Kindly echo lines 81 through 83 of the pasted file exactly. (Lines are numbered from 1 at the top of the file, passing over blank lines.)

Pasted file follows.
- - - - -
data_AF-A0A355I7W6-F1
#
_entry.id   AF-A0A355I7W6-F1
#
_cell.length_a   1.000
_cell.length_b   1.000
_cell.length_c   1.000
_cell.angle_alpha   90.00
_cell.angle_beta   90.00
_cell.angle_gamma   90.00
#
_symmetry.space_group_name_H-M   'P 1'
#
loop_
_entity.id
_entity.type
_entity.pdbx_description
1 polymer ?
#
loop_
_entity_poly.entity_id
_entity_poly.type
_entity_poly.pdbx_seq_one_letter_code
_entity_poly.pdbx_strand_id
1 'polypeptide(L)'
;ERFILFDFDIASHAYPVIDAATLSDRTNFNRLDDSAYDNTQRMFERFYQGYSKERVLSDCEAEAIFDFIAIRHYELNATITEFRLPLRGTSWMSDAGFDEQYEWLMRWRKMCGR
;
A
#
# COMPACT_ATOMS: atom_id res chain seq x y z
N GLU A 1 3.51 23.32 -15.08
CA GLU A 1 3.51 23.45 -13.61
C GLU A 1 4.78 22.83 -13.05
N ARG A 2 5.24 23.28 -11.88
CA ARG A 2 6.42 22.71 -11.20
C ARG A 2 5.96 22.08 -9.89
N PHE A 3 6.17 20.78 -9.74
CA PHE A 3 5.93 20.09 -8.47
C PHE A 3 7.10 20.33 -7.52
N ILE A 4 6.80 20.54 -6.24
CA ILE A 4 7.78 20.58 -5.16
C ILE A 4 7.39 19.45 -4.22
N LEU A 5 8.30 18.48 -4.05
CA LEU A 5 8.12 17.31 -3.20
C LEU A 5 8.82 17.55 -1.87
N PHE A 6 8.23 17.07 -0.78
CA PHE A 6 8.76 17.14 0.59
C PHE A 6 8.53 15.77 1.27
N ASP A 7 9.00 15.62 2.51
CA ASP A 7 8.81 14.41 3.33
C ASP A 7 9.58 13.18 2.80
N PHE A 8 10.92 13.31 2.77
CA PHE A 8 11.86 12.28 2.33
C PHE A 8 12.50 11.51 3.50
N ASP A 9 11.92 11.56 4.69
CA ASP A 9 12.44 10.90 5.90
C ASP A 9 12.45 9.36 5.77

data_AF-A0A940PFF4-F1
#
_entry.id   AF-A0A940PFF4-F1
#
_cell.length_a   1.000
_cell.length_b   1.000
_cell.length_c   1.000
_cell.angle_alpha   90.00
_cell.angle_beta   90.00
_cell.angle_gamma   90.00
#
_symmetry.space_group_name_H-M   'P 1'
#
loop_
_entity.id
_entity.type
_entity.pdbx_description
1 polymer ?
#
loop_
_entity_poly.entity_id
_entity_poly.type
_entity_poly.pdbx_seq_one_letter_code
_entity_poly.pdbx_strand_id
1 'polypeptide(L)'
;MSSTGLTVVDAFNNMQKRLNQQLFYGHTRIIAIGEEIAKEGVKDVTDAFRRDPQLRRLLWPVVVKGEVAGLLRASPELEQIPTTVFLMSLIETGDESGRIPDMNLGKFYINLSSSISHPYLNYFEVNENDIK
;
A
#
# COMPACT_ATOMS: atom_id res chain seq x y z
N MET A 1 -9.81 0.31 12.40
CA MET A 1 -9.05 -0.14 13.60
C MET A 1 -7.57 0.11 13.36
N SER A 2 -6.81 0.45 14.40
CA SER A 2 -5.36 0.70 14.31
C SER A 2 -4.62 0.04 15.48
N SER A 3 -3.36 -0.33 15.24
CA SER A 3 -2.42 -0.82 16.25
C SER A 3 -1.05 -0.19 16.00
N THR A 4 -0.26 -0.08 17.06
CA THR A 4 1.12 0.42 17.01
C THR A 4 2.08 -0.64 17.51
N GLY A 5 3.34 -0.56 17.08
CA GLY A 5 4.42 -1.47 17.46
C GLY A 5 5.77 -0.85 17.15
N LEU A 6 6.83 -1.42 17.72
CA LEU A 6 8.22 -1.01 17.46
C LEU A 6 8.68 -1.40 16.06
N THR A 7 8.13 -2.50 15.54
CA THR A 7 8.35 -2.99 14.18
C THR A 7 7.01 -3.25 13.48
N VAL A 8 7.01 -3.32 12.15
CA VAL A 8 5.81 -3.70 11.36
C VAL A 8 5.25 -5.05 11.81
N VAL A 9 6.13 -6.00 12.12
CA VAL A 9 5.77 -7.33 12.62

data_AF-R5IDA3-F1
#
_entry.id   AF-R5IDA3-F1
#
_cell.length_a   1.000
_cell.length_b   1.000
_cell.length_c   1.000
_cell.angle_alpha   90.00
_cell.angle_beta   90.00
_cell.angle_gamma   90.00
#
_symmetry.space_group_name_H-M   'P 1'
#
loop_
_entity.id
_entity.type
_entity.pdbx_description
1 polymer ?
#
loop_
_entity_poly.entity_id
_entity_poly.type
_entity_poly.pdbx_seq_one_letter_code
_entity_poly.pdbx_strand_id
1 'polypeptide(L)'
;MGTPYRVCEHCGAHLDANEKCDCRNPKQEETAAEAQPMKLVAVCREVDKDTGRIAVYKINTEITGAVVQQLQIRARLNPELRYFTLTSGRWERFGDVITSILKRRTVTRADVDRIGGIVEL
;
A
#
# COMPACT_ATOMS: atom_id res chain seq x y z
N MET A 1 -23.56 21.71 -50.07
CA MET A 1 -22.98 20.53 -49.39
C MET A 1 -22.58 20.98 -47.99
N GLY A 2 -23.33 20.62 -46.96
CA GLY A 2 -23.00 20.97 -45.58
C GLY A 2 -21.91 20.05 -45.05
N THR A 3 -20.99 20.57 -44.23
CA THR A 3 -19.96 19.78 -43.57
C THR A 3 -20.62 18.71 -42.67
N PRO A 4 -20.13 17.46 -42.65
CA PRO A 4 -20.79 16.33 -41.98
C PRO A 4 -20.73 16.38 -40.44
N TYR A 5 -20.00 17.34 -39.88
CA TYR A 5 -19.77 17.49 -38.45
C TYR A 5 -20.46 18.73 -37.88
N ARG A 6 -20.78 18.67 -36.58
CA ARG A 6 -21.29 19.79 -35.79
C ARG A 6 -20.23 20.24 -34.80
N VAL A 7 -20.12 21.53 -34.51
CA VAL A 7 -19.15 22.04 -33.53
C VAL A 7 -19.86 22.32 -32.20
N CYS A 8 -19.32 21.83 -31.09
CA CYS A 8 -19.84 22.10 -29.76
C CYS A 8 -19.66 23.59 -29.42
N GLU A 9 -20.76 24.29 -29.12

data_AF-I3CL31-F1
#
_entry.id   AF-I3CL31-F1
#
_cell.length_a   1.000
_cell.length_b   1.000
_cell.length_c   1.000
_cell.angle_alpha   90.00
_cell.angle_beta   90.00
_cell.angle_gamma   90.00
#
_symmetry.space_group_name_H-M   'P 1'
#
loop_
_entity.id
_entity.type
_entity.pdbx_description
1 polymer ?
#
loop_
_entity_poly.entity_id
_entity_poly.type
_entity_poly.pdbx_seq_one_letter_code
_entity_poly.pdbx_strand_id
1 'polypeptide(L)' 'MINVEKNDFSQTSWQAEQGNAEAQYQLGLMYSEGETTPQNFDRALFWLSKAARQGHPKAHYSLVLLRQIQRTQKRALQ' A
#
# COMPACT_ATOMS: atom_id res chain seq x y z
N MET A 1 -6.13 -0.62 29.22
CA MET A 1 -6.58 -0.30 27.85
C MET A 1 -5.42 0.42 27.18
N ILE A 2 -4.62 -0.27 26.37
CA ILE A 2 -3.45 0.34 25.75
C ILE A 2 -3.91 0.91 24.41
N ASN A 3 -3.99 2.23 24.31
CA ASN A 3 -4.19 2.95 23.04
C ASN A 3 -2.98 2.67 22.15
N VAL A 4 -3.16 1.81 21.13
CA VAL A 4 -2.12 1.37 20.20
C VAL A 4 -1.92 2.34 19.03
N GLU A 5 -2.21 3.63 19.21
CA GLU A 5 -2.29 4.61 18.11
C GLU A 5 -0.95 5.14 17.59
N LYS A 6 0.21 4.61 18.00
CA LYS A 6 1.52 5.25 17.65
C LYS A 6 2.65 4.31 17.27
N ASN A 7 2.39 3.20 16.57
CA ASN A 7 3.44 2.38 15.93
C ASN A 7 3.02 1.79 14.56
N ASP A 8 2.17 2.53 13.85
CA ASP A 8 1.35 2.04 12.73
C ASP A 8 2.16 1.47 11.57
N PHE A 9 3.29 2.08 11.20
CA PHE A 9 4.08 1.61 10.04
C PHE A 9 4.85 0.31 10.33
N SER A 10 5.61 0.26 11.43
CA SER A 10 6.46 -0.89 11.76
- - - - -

_entity_poly.pdbx_strand_id
1 'polypeptide(L)'
;MSSTGLTVVDAFNNMQKRLNQQLFYGHTRIIAIGEEIAKEGVKDVTDAFRRDPQLRRLLWPVVVKGEVAGLLRASPELEQIPTTVFLMSLIETGDESGRIPDMNLGKFYINLSSSISHPYLNYFEVNENDIK